<li>all mobile phones randomly generate TCNs and remember and broadcast
these.</li>
<li>all mobile phones check against a server which publishes TCNs that are
known to be covid-19 positive.</li>
<li>all mobile phones check their local contact list against the downloaded
list locally for an intersection.</li>
</ol>
<p>Step 2 is the only one where a central system is necessary. For instance
this could be the server of the Austrian Red Cross which publishes TCNs.
Since the TCNs of encounters are only stored on the devices they have to
get on contact with covid-19 tested positive individuals first.</p>
<p>The strawman protocol wouldn't work in practice at the peak of the
infection because of the sheer data requirements. However there are
various cryptographic tricks which are floating around to reduce the size
of the data set.</p>
</div>

<div class="section" id="dp-3t">
<h2>DP-3T</h2>
<p><a class="reference external" href="https://github.com/DP-3T/documents/">DP-3T</a> is currently one of the
most promising protocols here. It has a low cost variant which satisfies
most of the qualities of the strawman protocol while reducing the amount
of data greatly (to around 1.5MB of data per day for a peak infection rate
of 40.000 infections a day). Additionally it comes with a protocol
extension (“Unlinkable decentralized proximity tracing”) which improves on
the simple protocol in a few important aspects. Specifically it makes it
significantly harder for an adversary to track or identify infected users
at the cost of higher bandwidth requirements.</p>
<p>A simple version of the protocol is easily explained:</p>
<ol class="arabic simple">
<li>A device generates a secret key. Each day the user derives a new
version of the secret key by feeding it into a ratchet like a SHA256
hash function.</li>
<li>Each day the device generates TCNs out of the day's secret key for
instance by using a AES in counter mode. If for instance we want to
switch TCNs every 15 minutes we would need to generate 4 * 24 * 16 bytes
worth of TCNs to have enough for a day.</li>
<li>Devices now broadcast a random TCN for the day for 15 minutes each.</li>
<li>When a device encounters another person and they consider the contact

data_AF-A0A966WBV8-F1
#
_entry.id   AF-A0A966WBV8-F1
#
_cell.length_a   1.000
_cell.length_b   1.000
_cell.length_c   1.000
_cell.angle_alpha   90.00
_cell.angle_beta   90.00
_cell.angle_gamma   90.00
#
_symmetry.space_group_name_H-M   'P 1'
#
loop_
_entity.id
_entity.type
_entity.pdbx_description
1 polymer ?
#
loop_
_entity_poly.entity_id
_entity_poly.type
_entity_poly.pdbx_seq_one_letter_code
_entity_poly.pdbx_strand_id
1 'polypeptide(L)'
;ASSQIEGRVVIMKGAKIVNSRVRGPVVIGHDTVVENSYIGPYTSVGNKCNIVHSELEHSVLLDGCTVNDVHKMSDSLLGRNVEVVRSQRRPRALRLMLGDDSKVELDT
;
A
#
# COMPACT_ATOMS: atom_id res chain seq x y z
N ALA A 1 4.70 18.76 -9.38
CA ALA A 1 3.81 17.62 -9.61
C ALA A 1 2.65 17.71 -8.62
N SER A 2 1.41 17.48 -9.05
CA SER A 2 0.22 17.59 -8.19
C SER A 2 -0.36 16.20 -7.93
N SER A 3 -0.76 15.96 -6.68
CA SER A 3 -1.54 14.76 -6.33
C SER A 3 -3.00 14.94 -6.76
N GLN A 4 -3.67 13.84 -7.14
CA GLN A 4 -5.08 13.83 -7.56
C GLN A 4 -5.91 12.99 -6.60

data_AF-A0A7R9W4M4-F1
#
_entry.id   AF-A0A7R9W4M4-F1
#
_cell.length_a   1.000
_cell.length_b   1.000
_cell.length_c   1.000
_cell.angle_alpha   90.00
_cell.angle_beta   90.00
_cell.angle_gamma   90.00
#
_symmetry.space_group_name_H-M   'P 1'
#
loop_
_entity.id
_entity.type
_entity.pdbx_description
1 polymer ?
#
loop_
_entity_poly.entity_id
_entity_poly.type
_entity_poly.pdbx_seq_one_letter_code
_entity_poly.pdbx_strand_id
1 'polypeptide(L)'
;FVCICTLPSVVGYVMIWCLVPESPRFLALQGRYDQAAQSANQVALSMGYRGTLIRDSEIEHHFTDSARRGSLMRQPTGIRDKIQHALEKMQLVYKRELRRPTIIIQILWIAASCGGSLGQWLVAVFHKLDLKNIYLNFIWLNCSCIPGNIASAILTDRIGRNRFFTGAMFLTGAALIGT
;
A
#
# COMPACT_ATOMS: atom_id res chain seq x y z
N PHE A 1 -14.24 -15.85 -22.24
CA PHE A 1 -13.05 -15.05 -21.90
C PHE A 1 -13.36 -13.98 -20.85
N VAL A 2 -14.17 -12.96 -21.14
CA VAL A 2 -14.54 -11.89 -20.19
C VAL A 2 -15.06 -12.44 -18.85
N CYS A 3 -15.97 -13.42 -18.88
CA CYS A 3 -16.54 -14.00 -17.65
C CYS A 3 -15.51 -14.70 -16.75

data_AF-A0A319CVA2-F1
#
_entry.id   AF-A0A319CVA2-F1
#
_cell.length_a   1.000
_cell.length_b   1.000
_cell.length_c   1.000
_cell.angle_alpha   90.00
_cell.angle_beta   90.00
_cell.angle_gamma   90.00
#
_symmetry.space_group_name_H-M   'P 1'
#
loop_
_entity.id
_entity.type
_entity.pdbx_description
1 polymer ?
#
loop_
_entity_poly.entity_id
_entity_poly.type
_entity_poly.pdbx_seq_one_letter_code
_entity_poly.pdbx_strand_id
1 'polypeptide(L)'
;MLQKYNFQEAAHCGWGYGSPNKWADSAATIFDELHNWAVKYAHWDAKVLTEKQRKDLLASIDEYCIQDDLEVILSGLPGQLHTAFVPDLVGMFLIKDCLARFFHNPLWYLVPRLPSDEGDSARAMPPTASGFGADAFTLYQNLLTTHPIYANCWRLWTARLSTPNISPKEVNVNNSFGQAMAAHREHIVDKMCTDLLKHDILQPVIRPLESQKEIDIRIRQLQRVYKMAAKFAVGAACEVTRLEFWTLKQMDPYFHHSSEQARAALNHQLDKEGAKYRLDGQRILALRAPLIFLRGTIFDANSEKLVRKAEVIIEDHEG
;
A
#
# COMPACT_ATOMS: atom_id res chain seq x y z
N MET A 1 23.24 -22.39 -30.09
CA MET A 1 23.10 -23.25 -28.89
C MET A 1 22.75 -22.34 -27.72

long enough, they record the approximate time of day and the TCN
encountered.</li>
<li>When a user tests covid-19 positive they upload the secret key of the
first day of infection and generate a new secret key.</li>
<li>Other devices now download the secret key for that user and generate
all possible TCNs locally and check for infection. They only need to
generate 14 derivations of the secret key and the 96 TCNs for each day.</li>
</ol>
<p>In the more complex version the device uploads seeds of the secret keys
for all time windows in the infection window. On the backend server a
<a class="reference external" href="https://en.wikipedia.org/wiki/Cuckoo_filter">cuckoo filter</a> is created
every 4 hours and the seeds are inserted. Because Cuckoo filters have a
small probability of producing false positives parameters need to be
selected appropriately to reduce this risk. The upside is that the sets
of identifiers used by the same user are hidden.</p>
</div>

<div class="section" id="pepp-pt-and-local-governments">
<h2>PEPP-PT and Local Governments</h2>
<p>So this leads us to <a class="reference external" href="https://www.pepp-pt.org/">PEPP-PT</a>. It would
appear that PEPP-PT is evaluating DP-3T as the reference protocol and
they are going to open source the code with the idea to support local
authorities in implementing their own version. Officially they have not
decided between centralized or TCN approaches yet, but there seems to be a
high chance it will be the latter. The concept is also very simple.
Simple enough that if you want to explain this system to others, there is
also a nice little <a class="reference external" href="https://ncase.me/contact-tracing/">comic strip available</a> that explains it.</p>
<p>If your local government is planning on implementing a covid tracing app
it might be worth directing them towards <a class="reference external" href="https://github.com/Co-Epi">Co-Epi</a>. It already has an implementation
of many of the same ideas in their GitHub repository. If they do want a
centralized approach the Singaporean government Open Sourced their
application under GPL3 under the name <a class="reference external" href="https://bluetrace.io/">BlueTrace</a>. It avoids largely unnecessary cloud
infrastructure from what I can tell.</p>
</div>
</article>